Wavemaker theories for acoustic-gravity waves over a finite depth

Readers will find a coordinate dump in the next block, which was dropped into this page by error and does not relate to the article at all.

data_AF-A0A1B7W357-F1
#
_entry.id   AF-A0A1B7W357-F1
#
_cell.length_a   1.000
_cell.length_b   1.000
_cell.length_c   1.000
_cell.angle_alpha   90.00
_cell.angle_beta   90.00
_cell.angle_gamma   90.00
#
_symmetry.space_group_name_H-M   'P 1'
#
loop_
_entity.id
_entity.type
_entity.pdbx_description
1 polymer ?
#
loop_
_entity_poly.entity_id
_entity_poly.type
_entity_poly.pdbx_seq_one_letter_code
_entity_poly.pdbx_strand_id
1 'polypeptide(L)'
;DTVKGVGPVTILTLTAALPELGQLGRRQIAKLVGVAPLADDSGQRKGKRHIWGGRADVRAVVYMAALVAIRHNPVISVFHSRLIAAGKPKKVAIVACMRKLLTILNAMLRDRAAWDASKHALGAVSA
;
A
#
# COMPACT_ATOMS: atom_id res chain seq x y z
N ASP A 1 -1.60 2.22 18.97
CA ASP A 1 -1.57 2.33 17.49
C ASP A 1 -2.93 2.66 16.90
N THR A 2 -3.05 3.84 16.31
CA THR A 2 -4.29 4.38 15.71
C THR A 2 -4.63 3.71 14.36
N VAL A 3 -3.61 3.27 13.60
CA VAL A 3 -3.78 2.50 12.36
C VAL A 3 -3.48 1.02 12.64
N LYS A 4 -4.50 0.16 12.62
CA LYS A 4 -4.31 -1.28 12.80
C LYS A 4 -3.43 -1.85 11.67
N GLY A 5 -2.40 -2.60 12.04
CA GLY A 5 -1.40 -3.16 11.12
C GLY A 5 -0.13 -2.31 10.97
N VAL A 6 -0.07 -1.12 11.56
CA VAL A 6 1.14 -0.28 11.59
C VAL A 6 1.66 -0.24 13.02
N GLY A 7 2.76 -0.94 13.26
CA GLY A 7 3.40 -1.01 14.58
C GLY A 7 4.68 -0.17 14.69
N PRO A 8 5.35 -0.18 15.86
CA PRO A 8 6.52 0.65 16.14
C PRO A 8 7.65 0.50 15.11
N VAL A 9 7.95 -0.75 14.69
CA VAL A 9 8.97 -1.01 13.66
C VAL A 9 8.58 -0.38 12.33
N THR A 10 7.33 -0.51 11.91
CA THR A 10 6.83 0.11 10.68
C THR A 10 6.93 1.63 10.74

Acoustic–gravity waves (hereafter AGWs) in ocean have received much attention recently, mainly with respect to early detection of tsunamis as they travel at near the speed of sound in water which makes them ideal candidates for early detection of tsunamis. While the generation mechanisms of AGWs have been studied from the perspective of vertical oscillations of seafloor and triad wave–wave interaction, in the current study, we are interested in their generation by wave–structure interaction with possible implication to the energy sector. Here, we develop two wavemaker theories to analyse different wave modes generated by impermeable (the classic Havelock’s theory) and porous (porous wavemaker theory) plates in weakly compressible fluids. Slight modification has been made to the porous theory so that, unlike the previous theory, the new solution depends on the geometry of the plate. The expressions for three different types of plates (piston, flap, and delta-function) are introduced. Analytical solutions are also derived for the potential amplitudes of the gravity, acoustic–gravity, evanescent waves, as well as the surface elevation, velocity distribution, and pressure for AGWs. Both theories reduce to previous results for incompressible flow when the compressibility is neglected. We also show numerical examples for AGWs generated in a wave flume as well as in deep ocean. Our current study sets the theoretical background towards remote sensing by AGWs, for optimised deep ocean wave-power harnessing, among others

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